Spotify is switching to LUFS loudness measurement for audio normalization. Let’s look into what this changes when mastering for the streaming platforms.
The switch from the older ReplayGain algorithm to the more recent LUFS standard started last month. Other streaming services, like YouTube and Amazon had already been using this standard. Not only does Spotify apply the change to newly uploaded music, they are also implementing it to all existing songs in their catalog. It may take a few more weeks before it is fully activated across all versions of the app for all devices. As I am writing this, Spotify hasn’t updated their FAQ on mastering and loudness. Yet…
What does all this mean? First, the level variations that your music undergoes when streamed on Spotify will be more predictable. You will have more control over loudness differences between your songs and others. Second, provided your music is handled by a knowledgeable mastering engineer, its dynamics are less likely to get squashed. Until now, Spotify was one of the few platforms using a limiter when turning up the volume of soft songs. This automatic processing often resulted in some sound degradation.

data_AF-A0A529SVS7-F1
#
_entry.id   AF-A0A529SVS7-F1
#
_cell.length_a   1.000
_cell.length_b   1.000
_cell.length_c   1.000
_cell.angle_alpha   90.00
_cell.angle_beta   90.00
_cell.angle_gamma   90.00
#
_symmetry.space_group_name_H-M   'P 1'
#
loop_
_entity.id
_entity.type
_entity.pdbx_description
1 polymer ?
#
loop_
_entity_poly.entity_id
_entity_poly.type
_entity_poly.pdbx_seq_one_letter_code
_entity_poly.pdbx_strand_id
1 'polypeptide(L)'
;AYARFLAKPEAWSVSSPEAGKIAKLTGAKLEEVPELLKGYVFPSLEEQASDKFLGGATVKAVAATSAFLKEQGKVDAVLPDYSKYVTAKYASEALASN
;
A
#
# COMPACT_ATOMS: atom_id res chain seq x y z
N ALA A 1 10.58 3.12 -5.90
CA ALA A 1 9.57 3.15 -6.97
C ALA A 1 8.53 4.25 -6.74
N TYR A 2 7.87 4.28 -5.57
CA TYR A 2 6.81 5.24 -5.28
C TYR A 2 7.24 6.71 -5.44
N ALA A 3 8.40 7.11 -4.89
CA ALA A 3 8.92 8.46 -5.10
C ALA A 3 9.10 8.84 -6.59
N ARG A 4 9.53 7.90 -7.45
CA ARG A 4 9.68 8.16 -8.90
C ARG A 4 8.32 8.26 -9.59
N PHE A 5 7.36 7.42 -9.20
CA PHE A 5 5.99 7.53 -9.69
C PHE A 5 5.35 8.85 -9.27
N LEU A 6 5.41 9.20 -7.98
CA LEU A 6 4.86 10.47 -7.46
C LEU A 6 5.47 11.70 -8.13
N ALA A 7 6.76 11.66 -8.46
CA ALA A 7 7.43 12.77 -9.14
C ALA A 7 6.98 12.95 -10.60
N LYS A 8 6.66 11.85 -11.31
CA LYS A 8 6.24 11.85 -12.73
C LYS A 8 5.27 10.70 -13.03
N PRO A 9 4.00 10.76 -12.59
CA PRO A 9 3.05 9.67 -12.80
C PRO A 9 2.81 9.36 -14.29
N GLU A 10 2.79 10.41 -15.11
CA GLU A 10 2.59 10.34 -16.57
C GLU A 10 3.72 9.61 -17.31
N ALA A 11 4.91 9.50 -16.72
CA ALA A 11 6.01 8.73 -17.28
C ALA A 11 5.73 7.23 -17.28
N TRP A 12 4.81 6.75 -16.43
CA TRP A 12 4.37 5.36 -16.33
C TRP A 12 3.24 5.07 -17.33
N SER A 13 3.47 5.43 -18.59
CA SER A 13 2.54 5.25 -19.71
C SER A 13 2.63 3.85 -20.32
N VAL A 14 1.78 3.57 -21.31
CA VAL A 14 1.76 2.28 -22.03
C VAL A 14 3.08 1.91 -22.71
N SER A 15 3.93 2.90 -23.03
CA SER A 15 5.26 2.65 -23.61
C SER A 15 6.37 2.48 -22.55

Note that it is as relevant as ever to be sensible when using limiting and compression during mastering for streaming platforms. If you upload a very loud master that has little dynamic range, it will still be played softer than more dynamic music. If you are primarily targeting digital streaming, be sure to let your mastering engineer handle the dynamics. Trust them and resist the temptation to ask for a louder master.
Get in touch with Jean-Marc at his site: https://www.swmusicprod.com